Why DevOps is the Future of IT



Gene Rogers
03/05/2015

Change is now upon us, warns our columnist Gene Rogers. IT reorganization is here and the opportunities of DevOps cannot be questioned. Despite doubts surrounding the deployment of DevOps, IT Managers can no longer ignore "the future of IT".

In my article "Corporate IT is Fracked" I said to IT Managers, "…change your definition of quality and change the way you are organized. If you don’t, someone outside of IT may change it for you."

That change is happening now, although most traditional IT managers don’t see it because they are too busy fighting fires. The reorganization of IT is here and it’s called DevOps.

DevOps is short for Development and Operations. It is based on the principles of LEAN and Agile. Although there is much speculation about how to successfully deploy DevOps, do not make a mistake and ignore it. It is the future of IT.

The "dev" part includes all the folks who make stuff. The "ops" part includes all the folks who deal with the stuff after it’s made. Traditionally, these two teams have been kept in silos – much to the detriment of IT. DevOps removes the silos by extending Agile and Lean principles to the entirety of the service delivery process. In this way, DevOps balances the need for rapid software deployment against the need for stable, reliable infrastructure operations AND the need of the business to innovate and increase speed-to-market. Because of this you need to view DevOps as a critical business process, not an IT process.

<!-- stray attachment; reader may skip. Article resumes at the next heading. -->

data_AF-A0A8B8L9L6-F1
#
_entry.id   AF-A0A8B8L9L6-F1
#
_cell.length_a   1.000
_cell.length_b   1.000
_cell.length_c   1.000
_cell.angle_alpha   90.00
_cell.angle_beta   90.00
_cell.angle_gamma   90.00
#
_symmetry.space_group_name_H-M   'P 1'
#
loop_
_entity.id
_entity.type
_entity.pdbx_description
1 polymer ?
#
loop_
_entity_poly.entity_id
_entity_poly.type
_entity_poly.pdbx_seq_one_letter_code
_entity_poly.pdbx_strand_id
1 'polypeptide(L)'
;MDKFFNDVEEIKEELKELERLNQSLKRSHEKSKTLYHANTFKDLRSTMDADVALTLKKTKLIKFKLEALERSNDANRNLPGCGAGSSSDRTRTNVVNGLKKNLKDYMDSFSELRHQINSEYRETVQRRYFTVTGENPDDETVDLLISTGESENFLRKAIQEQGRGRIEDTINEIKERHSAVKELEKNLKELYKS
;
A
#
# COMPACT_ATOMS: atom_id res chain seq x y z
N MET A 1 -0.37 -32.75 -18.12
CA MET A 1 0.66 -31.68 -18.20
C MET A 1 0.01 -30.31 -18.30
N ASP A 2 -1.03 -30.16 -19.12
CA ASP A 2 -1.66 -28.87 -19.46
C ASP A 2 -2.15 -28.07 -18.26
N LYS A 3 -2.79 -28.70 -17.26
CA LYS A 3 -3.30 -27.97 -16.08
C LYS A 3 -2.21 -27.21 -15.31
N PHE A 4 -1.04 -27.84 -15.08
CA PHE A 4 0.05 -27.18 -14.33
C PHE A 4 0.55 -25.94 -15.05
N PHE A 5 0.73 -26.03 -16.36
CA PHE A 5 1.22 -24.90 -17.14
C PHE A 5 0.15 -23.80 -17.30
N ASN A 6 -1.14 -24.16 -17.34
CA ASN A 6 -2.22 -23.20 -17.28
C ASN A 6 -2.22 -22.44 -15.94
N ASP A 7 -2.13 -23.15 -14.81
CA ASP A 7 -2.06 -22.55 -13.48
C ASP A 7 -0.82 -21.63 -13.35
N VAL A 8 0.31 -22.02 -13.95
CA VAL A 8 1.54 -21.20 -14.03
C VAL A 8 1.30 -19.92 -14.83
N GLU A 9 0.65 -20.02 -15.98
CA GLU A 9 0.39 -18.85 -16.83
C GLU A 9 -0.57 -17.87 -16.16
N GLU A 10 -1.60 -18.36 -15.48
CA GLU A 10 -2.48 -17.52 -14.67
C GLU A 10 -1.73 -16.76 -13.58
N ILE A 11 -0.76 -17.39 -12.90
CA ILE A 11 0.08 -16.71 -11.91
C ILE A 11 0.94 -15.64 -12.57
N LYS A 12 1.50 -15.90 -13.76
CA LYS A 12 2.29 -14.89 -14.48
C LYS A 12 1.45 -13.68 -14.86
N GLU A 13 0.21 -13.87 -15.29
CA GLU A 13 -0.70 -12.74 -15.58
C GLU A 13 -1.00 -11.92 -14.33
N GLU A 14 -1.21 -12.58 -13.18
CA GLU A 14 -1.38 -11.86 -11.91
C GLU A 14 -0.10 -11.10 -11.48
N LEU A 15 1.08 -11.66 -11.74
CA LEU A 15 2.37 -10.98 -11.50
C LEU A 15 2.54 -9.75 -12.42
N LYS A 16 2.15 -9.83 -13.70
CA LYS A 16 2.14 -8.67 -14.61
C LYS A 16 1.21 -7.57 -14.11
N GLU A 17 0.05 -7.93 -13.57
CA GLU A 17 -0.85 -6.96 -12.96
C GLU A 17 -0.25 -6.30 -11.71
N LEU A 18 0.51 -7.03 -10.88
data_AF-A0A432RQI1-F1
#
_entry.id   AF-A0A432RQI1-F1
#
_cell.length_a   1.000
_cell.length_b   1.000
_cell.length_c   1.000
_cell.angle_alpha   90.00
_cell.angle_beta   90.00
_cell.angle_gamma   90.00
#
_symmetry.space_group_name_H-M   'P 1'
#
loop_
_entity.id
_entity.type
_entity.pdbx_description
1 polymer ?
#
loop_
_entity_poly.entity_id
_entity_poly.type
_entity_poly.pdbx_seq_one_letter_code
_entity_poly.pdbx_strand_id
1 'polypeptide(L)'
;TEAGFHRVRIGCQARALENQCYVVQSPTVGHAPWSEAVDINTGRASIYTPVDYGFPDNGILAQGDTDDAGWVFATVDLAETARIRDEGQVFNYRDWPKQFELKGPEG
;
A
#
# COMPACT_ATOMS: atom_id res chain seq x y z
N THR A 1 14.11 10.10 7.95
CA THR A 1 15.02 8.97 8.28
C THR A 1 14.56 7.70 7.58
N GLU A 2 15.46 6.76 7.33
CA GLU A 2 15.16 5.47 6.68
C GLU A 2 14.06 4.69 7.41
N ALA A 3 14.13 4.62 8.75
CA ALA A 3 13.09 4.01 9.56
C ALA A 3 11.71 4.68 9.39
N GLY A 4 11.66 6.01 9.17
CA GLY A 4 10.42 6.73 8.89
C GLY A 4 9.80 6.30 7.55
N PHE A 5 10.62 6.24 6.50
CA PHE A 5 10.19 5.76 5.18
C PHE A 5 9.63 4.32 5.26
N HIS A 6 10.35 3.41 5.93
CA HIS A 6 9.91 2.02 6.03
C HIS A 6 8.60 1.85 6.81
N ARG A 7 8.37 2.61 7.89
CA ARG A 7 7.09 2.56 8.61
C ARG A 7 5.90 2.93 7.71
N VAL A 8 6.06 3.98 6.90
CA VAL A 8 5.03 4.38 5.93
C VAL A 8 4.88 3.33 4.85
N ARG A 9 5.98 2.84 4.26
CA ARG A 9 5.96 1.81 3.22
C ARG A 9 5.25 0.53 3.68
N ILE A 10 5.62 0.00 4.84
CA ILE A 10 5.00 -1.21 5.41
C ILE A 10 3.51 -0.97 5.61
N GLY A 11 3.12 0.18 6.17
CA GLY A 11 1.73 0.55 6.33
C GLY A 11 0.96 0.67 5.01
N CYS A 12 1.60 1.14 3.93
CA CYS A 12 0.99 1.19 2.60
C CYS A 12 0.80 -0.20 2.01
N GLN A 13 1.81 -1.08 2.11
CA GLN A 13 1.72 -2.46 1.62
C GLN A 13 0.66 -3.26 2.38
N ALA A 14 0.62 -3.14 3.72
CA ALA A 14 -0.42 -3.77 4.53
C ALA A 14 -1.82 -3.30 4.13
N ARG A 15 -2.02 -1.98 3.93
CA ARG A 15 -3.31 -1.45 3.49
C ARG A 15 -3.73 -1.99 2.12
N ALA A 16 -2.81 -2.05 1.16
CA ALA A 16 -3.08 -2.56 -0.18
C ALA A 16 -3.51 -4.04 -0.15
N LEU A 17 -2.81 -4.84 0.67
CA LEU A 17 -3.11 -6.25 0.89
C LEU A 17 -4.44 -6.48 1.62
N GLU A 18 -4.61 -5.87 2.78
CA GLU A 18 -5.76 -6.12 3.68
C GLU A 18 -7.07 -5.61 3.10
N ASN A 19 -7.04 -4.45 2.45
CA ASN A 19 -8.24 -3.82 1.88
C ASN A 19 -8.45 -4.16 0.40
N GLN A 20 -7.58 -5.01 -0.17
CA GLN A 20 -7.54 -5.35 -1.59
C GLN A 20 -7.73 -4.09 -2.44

Where you start with DevOps depends on the maturity of your organization, the business cycle you are in and the goals you are trying to achieve. Regardless of where you start, however, you need to start adopting the capabilities that make up DevOps now. How important is it to get going? Well, to quote the 3rd annual Puppet Labs "State of DevOps Report" (June 2014): "This year’s findings revealed that companies with high-performing IT organizations are twice as likely to exceed their profitability, market share and productivity goals. The analysis also revealed that for the second consecutive year, DevOps practices are being adopted at accelerated rates and high-performing IT organizations deploy code 30 times more frequently with 50 percent fewer failures."

I am going to make a broad generalization; Dev folks are closer to Agile and Lean than Ops folks. With this in mind, you will want to consider adopting your first capability with the Ops folks. Specifically with continuous release and deployment. To do so, you will need to tweak your Change Management process to incorporate the approach, but the change is well worth it.